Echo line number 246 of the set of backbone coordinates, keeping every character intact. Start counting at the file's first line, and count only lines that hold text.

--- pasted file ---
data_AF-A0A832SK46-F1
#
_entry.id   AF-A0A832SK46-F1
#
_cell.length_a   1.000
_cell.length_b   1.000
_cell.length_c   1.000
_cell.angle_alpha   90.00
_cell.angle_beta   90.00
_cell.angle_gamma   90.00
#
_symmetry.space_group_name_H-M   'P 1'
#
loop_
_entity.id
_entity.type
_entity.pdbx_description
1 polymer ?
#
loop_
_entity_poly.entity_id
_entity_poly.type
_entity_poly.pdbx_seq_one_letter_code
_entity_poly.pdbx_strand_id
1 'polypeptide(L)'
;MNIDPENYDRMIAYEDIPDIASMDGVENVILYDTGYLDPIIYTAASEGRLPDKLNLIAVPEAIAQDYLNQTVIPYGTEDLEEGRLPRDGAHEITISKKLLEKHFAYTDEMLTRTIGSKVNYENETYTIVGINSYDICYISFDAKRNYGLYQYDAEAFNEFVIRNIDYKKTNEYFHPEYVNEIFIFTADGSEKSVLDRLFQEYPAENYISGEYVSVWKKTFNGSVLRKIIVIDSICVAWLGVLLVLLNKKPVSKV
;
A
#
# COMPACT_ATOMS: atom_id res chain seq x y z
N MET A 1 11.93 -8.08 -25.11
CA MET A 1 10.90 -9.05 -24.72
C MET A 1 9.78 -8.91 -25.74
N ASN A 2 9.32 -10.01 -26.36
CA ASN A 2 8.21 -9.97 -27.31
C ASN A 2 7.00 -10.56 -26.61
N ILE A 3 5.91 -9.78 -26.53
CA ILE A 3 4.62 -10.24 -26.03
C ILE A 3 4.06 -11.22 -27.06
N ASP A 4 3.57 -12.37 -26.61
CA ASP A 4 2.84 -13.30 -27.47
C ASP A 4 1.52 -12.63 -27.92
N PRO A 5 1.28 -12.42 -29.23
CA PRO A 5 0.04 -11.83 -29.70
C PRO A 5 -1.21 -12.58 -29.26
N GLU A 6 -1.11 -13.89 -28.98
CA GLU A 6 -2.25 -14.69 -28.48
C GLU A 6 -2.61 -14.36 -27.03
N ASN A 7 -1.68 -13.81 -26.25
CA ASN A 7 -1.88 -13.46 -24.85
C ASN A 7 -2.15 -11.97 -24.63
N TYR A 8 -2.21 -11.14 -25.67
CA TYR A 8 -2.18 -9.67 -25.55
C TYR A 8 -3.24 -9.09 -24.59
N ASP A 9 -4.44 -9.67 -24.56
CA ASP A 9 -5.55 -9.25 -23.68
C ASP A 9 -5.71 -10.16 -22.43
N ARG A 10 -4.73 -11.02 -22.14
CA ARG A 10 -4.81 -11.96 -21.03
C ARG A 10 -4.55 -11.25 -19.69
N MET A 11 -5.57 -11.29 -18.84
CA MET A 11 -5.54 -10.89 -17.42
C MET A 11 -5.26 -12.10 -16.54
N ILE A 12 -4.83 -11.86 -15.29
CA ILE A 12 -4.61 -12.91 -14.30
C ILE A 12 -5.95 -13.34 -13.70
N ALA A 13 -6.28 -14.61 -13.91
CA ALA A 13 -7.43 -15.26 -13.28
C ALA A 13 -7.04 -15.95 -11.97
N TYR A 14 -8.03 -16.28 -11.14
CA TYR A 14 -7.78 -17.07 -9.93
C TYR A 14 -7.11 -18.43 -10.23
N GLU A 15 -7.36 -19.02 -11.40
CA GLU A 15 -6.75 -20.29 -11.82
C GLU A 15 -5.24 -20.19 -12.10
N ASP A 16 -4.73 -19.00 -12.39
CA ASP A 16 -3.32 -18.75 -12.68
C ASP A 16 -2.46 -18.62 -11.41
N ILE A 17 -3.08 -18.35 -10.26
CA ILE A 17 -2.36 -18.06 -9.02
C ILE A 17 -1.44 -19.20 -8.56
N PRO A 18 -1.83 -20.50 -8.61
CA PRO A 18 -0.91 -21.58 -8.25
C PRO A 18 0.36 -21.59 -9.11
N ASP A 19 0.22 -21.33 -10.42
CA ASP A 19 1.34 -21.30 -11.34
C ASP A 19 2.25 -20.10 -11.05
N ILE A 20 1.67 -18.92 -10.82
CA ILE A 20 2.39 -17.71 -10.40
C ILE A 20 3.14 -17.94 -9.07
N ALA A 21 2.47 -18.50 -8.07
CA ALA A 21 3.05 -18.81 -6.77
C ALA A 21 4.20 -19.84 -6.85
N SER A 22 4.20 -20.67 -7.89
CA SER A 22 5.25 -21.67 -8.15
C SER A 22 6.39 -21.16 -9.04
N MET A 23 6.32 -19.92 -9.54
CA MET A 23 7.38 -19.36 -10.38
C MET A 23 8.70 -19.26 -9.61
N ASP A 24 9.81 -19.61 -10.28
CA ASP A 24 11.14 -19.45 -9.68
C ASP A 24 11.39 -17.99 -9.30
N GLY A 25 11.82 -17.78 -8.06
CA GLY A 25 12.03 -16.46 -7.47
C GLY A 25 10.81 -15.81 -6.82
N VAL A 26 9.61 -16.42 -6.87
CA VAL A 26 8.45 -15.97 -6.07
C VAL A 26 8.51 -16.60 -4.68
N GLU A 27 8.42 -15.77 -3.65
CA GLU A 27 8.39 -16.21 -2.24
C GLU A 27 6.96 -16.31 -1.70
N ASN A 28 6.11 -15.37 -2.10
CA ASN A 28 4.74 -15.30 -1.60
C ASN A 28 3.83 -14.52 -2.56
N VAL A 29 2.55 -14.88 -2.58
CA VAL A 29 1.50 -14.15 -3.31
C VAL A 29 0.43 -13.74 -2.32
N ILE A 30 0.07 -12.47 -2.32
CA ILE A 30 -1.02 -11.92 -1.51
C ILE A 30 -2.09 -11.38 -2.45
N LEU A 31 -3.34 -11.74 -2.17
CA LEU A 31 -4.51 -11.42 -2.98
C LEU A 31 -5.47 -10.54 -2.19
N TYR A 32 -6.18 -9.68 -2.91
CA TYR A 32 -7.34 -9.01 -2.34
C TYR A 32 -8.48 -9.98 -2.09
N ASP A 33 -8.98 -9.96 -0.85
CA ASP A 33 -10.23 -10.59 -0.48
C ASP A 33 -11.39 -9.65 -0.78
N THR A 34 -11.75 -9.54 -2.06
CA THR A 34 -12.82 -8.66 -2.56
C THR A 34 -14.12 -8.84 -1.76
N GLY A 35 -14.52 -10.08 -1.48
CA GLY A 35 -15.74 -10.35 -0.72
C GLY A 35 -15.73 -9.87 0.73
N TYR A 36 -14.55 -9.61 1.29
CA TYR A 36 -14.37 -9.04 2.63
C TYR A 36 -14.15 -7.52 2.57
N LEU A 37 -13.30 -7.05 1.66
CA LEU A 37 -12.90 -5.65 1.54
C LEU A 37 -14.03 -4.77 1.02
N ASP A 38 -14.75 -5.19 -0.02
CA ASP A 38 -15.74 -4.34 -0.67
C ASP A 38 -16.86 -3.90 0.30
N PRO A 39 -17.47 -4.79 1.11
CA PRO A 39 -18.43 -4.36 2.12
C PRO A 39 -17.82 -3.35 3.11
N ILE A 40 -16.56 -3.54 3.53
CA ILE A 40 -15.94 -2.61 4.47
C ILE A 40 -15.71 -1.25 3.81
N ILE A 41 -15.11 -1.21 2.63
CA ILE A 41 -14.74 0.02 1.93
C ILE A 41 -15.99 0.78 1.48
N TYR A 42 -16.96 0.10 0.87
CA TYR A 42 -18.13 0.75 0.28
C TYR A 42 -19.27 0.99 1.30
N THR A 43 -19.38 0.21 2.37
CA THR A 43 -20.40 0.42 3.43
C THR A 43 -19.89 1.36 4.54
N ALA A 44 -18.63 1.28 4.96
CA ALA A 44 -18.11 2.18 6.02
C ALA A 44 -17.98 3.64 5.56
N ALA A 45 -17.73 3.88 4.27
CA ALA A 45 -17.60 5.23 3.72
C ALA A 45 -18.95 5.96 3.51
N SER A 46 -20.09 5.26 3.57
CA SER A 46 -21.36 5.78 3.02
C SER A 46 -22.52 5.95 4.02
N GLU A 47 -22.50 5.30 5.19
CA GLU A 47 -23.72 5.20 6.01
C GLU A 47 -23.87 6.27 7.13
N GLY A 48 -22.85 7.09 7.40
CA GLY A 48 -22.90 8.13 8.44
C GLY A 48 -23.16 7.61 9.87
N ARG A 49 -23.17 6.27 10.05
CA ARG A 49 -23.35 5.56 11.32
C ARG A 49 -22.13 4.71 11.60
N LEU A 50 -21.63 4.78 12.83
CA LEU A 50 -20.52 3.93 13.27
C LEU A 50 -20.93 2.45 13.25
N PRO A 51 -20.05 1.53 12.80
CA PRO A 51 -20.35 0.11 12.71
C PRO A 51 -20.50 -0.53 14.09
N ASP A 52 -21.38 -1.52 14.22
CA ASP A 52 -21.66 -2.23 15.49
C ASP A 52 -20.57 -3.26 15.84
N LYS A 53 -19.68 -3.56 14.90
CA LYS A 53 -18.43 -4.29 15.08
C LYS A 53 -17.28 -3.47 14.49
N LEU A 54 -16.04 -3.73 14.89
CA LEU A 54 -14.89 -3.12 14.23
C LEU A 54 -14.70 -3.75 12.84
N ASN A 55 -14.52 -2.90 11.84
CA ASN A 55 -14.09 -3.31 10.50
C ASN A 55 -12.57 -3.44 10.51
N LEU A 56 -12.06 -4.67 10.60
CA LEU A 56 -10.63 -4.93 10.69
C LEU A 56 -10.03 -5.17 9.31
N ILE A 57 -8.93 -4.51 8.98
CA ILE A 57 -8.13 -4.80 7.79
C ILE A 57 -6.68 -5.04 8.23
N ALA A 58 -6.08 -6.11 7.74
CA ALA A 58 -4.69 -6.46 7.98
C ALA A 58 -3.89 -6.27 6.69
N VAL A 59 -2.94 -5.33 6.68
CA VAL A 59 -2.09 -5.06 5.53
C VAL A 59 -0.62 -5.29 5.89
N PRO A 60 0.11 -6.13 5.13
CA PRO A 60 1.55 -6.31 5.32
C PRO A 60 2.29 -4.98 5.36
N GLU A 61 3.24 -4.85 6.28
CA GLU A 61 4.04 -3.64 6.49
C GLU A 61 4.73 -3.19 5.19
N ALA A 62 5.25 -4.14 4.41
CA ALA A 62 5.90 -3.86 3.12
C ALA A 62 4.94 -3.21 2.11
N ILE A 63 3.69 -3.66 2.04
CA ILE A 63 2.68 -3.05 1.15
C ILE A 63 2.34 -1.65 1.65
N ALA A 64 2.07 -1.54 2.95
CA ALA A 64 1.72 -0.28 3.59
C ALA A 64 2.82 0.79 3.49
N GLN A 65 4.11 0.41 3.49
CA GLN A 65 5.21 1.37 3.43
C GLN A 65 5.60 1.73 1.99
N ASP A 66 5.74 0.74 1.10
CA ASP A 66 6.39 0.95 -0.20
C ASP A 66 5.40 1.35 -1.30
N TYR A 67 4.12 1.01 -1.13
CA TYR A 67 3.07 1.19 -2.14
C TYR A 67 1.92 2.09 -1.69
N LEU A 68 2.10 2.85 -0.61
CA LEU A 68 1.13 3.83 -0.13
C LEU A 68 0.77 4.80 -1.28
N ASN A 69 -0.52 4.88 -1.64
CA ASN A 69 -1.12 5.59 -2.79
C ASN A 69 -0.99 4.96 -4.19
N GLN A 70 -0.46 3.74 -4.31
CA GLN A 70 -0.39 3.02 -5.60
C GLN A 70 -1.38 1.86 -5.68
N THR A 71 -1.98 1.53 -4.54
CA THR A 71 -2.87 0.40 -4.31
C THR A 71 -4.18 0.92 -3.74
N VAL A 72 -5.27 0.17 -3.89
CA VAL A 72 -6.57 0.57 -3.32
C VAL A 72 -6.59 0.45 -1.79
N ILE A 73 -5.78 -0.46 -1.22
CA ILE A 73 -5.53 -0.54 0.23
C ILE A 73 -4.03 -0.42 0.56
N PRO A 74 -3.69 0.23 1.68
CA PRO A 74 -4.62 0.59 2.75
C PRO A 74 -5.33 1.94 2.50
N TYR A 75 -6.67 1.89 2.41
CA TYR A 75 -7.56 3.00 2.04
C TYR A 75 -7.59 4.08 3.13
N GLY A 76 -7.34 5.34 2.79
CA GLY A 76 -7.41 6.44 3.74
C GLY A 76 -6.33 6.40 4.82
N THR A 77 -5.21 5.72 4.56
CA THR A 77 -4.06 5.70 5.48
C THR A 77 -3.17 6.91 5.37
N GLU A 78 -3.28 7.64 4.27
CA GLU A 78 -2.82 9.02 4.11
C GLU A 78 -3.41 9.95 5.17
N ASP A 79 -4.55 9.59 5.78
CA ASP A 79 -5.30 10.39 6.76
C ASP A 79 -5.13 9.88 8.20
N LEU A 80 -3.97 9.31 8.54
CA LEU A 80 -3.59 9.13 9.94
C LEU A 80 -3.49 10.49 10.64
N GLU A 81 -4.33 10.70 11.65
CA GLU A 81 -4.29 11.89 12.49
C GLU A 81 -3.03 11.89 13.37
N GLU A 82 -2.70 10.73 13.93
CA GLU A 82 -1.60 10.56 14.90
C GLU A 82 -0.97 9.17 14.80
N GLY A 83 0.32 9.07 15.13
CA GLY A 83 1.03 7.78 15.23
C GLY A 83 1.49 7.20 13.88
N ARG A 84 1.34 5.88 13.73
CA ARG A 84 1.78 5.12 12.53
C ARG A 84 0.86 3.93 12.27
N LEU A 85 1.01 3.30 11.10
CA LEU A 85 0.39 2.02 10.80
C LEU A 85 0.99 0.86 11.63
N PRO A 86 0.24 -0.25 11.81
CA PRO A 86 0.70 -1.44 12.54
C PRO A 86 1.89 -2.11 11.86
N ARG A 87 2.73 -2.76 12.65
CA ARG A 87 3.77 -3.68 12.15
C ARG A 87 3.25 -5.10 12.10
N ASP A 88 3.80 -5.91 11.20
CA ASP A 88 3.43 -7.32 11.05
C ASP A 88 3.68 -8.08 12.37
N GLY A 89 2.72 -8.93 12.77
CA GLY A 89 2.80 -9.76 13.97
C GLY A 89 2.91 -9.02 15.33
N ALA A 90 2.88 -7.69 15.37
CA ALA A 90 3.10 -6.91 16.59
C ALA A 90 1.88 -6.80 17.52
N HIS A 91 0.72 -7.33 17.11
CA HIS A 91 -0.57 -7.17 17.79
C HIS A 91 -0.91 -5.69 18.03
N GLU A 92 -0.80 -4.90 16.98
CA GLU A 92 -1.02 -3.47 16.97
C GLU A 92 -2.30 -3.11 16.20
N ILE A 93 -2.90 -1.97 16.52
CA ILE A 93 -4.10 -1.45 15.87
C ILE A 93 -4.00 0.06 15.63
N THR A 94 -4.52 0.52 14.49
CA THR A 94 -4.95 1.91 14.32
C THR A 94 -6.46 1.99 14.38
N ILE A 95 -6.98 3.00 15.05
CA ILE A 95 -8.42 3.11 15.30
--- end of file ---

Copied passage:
C VAL A 72 -6.59 0.45 -1.79